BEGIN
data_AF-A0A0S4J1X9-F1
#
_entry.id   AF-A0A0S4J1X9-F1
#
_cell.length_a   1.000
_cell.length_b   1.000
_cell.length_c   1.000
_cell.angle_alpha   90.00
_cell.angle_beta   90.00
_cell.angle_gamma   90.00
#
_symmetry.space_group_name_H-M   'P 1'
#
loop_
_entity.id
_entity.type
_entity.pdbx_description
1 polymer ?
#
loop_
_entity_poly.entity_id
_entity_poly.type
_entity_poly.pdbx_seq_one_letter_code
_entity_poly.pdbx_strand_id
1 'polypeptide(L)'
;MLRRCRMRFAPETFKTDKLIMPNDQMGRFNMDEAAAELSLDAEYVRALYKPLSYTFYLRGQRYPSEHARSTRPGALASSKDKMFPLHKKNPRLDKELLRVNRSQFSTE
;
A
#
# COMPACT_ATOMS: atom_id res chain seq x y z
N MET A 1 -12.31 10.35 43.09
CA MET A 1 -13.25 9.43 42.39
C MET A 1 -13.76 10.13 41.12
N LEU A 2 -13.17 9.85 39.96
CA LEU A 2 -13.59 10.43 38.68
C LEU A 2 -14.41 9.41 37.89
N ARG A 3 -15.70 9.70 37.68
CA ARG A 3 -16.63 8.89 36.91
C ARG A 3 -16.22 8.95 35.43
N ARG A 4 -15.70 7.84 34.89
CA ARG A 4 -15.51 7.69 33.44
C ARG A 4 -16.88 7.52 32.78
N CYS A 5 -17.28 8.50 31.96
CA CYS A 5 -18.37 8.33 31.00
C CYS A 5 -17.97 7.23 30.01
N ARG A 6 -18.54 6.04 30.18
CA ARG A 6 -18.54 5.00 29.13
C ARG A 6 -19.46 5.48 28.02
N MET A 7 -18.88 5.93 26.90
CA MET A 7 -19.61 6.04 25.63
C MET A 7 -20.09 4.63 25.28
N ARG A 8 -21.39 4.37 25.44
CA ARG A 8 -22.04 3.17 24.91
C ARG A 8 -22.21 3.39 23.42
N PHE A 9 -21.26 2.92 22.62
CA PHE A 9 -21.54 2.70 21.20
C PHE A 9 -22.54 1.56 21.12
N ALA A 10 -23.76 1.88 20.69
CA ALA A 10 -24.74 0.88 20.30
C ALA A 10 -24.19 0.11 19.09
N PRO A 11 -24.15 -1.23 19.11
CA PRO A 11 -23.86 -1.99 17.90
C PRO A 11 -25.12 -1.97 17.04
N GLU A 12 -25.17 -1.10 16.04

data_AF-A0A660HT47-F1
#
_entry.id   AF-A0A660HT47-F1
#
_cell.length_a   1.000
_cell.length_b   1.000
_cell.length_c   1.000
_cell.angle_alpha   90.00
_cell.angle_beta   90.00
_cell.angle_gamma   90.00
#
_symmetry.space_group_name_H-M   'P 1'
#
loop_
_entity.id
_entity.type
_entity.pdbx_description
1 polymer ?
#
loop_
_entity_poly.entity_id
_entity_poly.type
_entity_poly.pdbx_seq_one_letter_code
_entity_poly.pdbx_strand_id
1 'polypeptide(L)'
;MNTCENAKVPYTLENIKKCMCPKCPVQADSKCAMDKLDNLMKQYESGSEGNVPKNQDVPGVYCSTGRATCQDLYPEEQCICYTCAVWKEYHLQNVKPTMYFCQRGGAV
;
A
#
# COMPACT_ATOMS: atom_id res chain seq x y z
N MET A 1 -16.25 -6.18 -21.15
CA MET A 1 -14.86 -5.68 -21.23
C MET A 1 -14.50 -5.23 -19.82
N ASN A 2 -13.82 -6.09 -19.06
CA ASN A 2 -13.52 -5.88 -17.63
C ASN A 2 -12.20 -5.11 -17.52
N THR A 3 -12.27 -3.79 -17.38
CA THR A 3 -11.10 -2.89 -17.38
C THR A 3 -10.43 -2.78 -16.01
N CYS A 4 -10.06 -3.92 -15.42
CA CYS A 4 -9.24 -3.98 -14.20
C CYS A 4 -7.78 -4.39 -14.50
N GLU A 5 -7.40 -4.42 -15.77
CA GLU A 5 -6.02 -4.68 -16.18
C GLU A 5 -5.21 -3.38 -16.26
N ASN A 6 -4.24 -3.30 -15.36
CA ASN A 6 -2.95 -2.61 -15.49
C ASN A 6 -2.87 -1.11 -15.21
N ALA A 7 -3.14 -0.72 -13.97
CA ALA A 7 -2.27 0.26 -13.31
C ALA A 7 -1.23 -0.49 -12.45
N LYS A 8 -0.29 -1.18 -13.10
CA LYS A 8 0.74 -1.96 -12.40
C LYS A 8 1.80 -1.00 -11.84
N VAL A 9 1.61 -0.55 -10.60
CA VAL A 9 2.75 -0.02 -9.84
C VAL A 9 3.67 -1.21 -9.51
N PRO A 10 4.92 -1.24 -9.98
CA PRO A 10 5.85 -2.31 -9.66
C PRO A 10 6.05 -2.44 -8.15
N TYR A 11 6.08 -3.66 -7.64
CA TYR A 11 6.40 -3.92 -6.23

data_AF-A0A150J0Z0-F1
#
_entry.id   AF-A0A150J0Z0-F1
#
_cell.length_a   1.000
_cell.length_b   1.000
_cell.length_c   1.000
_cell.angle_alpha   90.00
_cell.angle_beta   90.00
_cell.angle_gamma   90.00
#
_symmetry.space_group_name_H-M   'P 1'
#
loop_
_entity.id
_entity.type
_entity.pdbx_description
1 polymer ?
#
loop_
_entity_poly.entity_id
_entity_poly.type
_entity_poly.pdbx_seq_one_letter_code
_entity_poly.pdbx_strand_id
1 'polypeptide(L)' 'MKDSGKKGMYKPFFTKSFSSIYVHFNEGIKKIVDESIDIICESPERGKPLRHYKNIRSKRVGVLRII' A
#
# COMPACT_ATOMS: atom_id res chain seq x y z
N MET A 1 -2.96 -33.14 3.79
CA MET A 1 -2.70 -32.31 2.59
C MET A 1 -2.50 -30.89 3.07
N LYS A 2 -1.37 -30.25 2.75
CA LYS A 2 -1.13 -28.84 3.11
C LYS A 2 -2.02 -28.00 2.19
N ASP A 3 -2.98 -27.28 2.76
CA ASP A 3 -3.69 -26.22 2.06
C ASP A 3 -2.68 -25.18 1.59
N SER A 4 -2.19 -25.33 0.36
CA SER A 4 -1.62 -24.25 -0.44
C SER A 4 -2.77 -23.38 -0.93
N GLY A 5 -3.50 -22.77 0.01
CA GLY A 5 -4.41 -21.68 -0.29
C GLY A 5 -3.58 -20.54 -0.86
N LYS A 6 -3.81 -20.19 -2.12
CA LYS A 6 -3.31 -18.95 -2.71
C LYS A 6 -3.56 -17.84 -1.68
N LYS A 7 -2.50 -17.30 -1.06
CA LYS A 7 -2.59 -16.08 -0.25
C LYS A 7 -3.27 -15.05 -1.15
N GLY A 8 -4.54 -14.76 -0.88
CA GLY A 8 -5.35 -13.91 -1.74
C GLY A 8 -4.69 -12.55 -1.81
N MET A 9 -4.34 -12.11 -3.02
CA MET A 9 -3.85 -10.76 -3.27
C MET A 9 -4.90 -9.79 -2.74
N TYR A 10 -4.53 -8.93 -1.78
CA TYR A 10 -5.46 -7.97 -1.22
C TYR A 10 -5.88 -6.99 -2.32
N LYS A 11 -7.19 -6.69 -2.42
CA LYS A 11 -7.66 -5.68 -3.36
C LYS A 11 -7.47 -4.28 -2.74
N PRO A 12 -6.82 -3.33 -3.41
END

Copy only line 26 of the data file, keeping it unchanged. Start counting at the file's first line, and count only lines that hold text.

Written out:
;MLRRCRMRFAPETFKTDKLIMPNDQMGRFNMDEAAAELSLDAEYVRALYKPLSYTFYLRGQRYPSEHARSTRPGALASSKDKMFPLHKKNPRLDKELLRVNRSQFSTE